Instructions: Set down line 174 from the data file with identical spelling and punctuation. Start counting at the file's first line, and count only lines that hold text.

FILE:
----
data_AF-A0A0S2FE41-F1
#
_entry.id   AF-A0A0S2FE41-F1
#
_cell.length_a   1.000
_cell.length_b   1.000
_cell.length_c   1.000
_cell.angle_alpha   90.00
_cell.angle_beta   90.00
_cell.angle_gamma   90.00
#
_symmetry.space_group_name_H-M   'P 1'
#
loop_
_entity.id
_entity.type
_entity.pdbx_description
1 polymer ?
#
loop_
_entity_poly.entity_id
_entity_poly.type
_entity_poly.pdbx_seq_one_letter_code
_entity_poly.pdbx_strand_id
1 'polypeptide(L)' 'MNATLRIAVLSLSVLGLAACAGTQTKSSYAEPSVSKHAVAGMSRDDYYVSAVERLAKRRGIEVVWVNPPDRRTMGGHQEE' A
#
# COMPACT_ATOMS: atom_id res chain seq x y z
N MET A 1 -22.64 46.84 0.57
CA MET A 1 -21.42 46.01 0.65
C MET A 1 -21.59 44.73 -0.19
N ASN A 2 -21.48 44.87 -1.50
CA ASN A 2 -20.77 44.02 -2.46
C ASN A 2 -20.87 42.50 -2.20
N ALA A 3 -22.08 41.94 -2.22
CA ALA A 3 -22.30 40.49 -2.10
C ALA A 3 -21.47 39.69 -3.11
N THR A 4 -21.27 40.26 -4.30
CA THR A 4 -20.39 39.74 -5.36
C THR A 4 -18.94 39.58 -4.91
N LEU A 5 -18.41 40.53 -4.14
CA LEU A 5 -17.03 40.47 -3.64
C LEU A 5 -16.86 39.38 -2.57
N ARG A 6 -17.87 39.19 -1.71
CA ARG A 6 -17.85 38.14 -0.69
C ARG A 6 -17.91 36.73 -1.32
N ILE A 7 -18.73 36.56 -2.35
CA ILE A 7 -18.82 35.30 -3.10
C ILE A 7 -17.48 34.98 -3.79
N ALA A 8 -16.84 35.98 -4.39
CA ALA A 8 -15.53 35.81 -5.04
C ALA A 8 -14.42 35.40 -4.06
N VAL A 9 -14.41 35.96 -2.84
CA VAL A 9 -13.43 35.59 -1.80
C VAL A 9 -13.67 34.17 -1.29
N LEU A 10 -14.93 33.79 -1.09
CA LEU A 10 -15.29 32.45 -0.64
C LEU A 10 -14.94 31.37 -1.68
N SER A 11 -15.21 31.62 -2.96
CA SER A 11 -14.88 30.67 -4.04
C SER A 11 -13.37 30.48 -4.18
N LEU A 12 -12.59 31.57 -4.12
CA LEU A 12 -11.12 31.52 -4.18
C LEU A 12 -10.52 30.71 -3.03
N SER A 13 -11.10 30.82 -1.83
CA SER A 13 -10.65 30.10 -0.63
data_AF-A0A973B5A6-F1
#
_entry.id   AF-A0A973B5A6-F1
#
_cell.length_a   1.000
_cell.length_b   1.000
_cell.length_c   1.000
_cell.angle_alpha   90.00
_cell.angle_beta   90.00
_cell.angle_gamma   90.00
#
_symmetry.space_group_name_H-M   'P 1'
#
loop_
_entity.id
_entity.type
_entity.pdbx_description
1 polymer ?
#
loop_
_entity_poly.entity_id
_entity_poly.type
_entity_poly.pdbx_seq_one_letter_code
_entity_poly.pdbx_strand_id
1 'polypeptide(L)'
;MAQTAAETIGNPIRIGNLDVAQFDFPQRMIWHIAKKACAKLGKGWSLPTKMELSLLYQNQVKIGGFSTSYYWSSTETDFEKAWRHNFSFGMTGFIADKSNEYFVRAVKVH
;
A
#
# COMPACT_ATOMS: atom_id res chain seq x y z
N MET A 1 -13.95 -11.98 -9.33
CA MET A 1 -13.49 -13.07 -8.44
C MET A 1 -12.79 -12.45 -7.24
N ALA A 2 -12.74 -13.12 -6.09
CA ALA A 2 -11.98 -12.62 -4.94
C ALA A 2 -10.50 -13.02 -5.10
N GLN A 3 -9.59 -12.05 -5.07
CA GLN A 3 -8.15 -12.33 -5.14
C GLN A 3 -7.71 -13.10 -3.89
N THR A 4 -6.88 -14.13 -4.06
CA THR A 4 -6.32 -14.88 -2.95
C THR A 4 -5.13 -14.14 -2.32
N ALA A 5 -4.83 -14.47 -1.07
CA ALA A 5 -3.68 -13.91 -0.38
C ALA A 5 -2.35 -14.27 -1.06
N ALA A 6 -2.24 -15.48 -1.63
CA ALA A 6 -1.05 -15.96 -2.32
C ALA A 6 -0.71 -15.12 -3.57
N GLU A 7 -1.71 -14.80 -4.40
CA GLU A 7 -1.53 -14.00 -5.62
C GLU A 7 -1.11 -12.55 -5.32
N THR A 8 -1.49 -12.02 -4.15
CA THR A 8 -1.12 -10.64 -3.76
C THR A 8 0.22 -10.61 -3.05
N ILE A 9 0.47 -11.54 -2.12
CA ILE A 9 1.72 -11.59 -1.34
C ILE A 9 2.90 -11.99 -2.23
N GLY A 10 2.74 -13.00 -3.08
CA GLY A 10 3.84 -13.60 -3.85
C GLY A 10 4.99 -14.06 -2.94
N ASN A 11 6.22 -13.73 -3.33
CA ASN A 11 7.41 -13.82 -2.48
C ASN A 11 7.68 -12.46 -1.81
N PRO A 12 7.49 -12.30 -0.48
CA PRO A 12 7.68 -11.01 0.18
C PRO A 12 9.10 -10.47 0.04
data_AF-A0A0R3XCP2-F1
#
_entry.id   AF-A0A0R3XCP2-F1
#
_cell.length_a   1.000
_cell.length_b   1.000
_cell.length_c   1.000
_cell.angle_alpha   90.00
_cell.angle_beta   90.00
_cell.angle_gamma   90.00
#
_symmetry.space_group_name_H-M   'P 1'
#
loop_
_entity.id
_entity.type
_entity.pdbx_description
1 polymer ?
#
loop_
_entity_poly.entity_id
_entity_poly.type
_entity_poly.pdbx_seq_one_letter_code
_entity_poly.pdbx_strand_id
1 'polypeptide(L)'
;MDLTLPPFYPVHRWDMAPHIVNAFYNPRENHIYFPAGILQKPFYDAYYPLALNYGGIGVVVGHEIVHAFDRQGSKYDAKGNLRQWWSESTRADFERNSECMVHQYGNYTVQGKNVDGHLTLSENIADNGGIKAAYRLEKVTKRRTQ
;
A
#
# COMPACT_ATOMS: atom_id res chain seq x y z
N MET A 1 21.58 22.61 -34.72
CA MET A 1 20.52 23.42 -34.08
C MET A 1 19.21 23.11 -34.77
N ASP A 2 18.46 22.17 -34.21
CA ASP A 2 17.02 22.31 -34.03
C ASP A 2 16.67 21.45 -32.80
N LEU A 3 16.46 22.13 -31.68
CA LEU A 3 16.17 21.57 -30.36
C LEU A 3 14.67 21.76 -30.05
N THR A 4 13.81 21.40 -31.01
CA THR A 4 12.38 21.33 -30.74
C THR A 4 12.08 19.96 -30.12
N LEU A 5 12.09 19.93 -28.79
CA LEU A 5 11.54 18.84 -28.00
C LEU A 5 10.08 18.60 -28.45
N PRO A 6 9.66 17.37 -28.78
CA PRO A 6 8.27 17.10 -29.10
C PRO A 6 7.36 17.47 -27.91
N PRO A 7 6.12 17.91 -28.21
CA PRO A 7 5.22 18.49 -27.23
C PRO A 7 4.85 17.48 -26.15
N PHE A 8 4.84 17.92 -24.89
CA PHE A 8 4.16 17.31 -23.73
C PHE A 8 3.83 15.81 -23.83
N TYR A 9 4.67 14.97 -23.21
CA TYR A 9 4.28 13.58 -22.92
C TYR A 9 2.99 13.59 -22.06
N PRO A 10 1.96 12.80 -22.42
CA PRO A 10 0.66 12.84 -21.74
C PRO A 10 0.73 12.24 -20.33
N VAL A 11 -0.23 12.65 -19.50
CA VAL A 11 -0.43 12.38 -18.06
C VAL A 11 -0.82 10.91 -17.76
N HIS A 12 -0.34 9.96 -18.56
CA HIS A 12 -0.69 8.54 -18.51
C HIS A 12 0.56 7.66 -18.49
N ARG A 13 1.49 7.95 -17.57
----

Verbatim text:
N LEU A 5 12.09 19.93 -28.79